Before the Komen board unanimously agreed to pull funding for Planned Parenthood last year, an internal staff review and a board subcommittee had concluded the opposite, that funding should be maintained, according to a former Komen employee who spoke on the condition of anonymity for fear of retaliation. Handel, who was senior vice president for public policy, objected to those decisions.
It’s not clear why the full board did not follow the recommendations when it voted unanimously at a November meeting to take actions that would bar funding to Planned Parenthood and what role Handel played. Several former Komen employees have said that Handel was a driving force behind the decision.
Handel’s role has been the focus of intense speculation, but she has not commented publicly until now. In her resignation letter and in comments to reporters Tuesday, Handel said she had supported the initial decision to pull funding and that the policy change was thoroughly vetted at every level within the organization.
On Friday, after a torrent of public reaction, Komen reversed course. Komen will no longer bar organizations that are under government investigation from applying for grants. As a result, Planned Parenthood, which is the focus of a House probe over whether it used federal funds to pay for abortions, will once again be eligible to apply.
Komen founder and CEO Nancy Brinker said the foundation’s decisions were not based on political reasons and were not intended to specifically penalize Planned Parenthood.
In her resignation letter, Handel noted that the board fully supported the decision.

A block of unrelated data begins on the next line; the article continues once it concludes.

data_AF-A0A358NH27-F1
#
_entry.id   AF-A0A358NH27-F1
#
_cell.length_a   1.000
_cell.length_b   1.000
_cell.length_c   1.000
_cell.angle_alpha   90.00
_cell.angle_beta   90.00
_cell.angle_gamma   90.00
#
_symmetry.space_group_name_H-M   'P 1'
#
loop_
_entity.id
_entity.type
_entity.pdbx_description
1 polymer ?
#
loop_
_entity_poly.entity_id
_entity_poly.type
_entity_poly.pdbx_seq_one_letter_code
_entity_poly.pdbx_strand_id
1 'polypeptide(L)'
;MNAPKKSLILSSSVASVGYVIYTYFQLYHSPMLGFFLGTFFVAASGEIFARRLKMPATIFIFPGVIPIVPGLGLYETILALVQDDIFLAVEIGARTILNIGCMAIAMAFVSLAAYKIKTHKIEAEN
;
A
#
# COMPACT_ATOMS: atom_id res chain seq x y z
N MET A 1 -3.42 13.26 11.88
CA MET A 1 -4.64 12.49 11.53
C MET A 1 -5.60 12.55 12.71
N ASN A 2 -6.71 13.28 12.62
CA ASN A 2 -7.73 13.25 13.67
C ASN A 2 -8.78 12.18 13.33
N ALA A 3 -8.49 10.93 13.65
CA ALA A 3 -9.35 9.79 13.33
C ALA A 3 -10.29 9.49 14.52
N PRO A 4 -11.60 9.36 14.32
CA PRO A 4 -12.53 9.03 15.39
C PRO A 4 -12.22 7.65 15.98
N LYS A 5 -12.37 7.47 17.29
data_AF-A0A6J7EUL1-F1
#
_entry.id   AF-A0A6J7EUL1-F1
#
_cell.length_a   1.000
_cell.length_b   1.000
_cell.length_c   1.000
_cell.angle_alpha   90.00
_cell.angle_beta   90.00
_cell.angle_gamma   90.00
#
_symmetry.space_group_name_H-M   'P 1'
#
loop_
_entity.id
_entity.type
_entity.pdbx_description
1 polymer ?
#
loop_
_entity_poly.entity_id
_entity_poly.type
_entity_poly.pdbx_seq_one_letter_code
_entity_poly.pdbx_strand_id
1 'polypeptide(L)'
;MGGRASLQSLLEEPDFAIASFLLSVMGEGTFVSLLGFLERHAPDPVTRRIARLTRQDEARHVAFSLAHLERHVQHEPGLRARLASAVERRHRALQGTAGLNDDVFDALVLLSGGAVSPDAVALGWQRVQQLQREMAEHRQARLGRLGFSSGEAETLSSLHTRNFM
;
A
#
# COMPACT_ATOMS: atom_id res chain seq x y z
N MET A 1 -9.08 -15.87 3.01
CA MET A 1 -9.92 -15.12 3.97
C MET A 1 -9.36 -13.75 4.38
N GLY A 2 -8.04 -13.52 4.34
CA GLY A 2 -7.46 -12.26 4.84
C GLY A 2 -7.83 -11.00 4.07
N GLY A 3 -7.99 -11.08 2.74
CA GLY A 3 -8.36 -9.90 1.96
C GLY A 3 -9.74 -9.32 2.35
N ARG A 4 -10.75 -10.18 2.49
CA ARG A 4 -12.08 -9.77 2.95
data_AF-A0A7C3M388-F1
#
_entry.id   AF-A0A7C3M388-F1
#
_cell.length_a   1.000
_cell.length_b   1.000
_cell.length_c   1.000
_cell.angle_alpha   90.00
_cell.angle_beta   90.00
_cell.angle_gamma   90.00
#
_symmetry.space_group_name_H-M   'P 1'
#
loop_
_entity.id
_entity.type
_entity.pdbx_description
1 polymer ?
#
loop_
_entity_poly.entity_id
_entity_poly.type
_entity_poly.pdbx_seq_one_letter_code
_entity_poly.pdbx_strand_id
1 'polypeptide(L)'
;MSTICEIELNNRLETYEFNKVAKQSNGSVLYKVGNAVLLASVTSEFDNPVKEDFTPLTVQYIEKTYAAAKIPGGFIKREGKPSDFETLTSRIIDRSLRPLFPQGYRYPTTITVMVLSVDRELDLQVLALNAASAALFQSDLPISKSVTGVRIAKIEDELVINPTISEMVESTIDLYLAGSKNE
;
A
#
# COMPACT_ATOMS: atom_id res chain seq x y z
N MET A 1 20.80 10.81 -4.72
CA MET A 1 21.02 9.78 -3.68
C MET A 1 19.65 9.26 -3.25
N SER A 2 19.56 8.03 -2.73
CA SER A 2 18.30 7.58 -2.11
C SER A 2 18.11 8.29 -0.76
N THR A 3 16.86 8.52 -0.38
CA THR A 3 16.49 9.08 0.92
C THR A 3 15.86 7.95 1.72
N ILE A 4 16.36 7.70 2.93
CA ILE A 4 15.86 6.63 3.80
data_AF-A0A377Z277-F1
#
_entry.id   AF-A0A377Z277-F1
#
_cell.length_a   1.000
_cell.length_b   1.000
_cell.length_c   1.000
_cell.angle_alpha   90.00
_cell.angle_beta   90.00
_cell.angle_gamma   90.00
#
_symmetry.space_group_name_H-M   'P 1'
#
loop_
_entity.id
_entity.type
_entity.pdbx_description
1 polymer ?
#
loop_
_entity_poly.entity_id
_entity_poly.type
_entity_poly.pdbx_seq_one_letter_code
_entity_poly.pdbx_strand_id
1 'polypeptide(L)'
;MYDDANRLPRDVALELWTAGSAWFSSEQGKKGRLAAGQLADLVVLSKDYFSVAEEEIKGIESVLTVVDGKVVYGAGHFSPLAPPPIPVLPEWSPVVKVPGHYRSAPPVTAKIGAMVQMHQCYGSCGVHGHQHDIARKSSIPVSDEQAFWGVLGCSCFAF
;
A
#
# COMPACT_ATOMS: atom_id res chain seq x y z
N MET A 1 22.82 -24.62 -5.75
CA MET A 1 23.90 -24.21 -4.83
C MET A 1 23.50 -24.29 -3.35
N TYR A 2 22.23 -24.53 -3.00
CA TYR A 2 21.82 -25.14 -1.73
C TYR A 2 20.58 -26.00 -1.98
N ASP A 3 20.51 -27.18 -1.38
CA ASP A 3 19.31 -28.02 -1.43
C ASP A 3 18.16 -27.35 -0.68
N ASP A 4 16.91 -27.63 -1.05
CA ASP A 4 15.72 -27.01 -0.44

“The Board specifically discussed various issues, including the need to protect our mission by ensuring we were not distracted or negatively affected by any other organization’s real or perceived challenges,” she wrote. She added: “No objections were made to moving forward.”
She also wrote: “I am deeply disappointed by the gross mischaracterization of this strategy, its rationale, and my involvement in it. I openly acknowledge my role in the matter and continue to believe our decision was the best one for Komen’s future and the women we serve.”
In an interview Tuesday with Fox News, Handel added: “I clearly acknowledge that I was involved in the process, but to suggest that I had the sole authority is just absurd.” She said she still believes that Komen should defund Planned Parenthood.
During an unsuccessful campaign for governor of Georgia in 2010, Handel ran on a platform that included defunding Planned Parenthood. Before she ran for governor, Handel had been secretary of state in Georgia and was viewed as a centrist Republican. Conservative groups attacked Handel for not supporting antiabortion policies strongly enough.